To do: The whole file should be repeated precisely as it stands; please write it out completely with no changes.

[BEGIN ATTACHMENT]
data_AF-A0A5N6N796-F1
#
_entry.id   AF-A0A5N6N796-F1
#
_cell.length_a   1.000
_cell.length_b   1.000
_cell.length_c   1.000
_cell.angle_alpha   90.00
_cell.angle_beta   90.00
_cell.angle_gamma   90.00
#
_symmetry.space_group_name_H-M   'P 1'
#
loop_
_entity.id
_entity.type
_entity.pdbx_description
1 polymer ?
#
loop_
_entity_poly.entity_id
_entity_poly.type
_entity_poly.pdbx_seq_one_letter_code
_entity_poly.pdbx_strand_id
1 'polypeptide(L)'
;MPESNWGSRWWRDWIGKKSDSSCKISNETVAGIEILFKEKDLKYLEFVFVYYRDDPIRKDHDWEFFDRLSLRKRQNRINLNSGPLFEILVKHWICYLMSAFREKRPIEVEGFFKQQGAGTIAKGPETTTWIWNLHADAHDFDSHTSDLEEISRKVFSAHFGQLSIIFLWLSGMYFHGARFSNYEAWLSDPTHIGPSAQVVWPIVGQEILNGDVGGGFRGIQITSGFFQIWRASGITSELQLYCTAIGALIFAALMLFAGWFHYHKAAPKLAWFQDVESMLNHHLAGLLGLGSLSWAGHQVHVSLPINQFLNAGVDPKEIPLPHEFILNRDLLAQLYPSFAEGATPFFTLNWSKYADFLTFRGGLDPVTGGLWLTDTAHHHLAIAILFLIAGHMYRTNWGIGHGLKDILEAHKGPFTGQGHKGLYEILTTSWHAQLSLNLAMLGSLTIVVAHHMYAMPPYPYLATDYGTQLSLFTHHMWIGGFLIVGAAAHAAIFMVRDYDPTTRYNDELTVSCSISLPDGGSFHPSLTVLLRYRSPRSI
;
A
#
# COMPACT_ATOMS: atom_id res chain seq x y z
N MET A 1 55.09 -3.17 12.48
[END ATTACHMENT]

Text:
data_AF-A0A5N6N796-F1
#
_entry.id   AF-A0A5N6N796-F1
#
_cell.length_a   1.000
_cell.length_b   1.000
_cell.length_c   1.000
_cell.angle_alpha   90.00
_cell.angle_beta   90.00
_cell.angle_gamma   90.00
#
_symmetry.space_group_name_H-M   'P 1'
#
loop_
_entity.id
_entity.type
_entity.pdbx_description
1 polymer ?
#
loop_
_entity_poly.entity_id
_entity_poly.type
_entity_poly.pdbx_seq_one_letter_code
_entity_poly.pdbx_strand_id
1 'polypeptide(L)'
;MPESNWGSRWWRDWIGKKSDSSCKISNETVAGIEILFKEKDLKYLEFVFVYYRDDPIRKDHDWEFFDRLSLRKRQNRINLNSGPLFEILVKHWICYLMSAFREKRPIEVEGFFKQQGAGTIAKGPETTTWIWNLHADAHDFDSHTSDLEEISRKVFSAHFGQLSIIFLWLSGMYFHGARFSNYEAWLSDPTHIGPSAQVVWPIVGQEILNGDVGGGFRGIQITSGFFQIWRASGITSELQLYCTAIGALIFAALMLFAGWFHYHKAAPKLAWFQDVESMLNHHLAGLLGLGSLSWAGHQVHVSLPINQFLNAGVDPKEIPLPHEFILNRDLLAQLYPSFAEGATPFFTLNWSKYADFLTFRGGLDPVTGGLWLTDTAHHHLAIAILFLIAGHMYRTNWGIGHGLKDILEAHKGPFTGQGHKGLYEILTTSWHAQLSLNLAMLGSLTIVVAHHMYAMPPYPYLATDYGTQLSLFTHHMWIGGFLIVGAAAHAAIFMVRDYDPTTRYNDELTVSCSISLPDGGSFHPSLTVLLRYRSPRSI
;
A
#
# COMPACT_ATOMS: atom_id res chain seq x y z
N MET A 1 55.09 -3.17 12.48